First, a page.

Demo-gogues: “We believe that taxes should be everybody pays a fair share and that the richest and the most powerful should not be able to shove off to everybody else the cost of running the Army and paving the roads and keeping our schools open.” —Sen. Elizabeth Warren (What about wealthy Democrats shoving off to everybody else the cost of SALT deductions?)

Race bait: “Racialized oppression and dehumanization is woven into the very fabric of our nation — the effects of which can be seen in the lawful lynching of black and brown people by the police and the mass incarceration of black and brown lives in the prison industrial complex.” —ex-NFL quarterback-turned-unemployed-social justice warrior Colin Kaepernick

The BIG Lie, part I: “I’m an Italian-American. I came from poor Italian-Americans who came here. You know what they called Italian-Americans back in the day? They called them wops. You know what wops stood for? Without papers. I’m undocumented. You want to deport an undocumented person, start with me, because I’m an undocumented person.” —New York Gov. Andrew Cuomo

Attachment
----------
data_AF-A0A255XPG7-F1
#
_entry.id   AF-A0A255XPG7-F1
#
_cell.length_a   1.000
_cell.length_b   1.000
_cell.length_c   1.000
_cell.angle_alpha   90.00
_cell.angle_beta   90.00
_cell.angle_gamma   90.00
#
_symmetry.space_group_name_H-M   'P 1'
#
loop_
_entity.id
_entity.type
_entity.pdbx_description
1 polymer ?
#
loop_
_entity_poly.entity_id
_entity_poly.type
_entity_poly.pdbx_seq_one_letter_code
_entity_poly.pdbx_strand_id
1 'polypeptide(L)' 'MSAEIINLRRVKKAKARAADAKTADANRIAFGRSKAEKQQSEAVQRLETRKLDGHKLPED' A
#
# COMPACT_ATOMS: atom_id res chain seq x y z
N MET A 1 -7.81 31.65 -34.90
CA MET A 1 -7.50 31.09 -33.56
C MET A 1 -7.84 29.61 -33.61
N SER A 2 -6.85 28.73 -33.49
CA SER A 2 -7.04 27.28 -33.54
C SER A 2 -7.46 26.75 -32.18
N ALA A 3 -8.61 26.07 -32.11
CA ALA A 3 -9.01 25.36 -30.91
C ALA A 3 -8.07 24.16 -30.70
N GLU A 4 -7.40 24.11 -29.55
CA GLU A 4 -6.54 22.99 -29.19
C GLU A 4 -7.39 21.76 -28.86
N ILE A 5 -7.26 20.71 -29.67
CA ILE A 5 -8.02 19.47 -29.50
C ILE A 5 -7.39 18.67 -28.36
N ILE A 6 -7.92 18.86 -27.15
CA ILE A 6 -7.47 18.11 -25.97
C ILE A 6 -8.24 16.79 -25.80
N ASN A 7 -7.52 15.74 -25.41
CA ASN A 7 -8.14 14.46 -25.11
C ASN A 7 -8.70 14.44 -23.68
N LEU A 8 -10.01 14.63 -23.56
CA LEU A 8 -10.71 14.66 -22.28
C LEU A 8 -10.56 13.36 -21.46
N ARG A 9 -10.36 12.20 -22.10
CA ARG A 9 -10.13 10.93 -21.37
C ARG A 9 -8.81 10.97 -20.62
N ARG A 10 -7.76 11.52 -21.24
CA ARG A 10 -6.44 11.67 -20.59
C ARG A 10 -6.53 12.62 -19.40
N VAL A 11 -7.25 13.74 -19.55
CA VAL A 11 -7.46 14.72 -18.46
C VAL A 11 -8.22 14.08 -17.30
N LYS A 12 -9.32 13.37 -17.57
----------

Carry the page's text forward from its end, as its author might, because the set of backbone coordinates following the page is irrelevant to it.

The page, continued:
The BIG Lie, part II: “The FBI defines a mass shooting as 4 people killed (not including the shooter). Mass shootings occur in churches, in schools, at concerts, in waffle houses — just about anywhere. Except in other countries.” —Parkland gun control activist Emma González (Not a single U.S. mass shooting makes the list of the six most lethal shootings around the globe.)

Young and naïve: “Removing the assault and semi-automatic weapons from our Civilian society, instituting thorough background checks and mandatory waiting periods (and raising the buying age and banning the production of high-capacity magazines) are the ways to stop shootings in America.” —Emma González

And last… “Has the Broward County Sheriff considered hiring Waffle House patrons?” —Sean Davis

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Semper Vigilans Fortis Paratus et Fidelis

Nate Jackson, Managing Editor
Mark Alexander, Publisher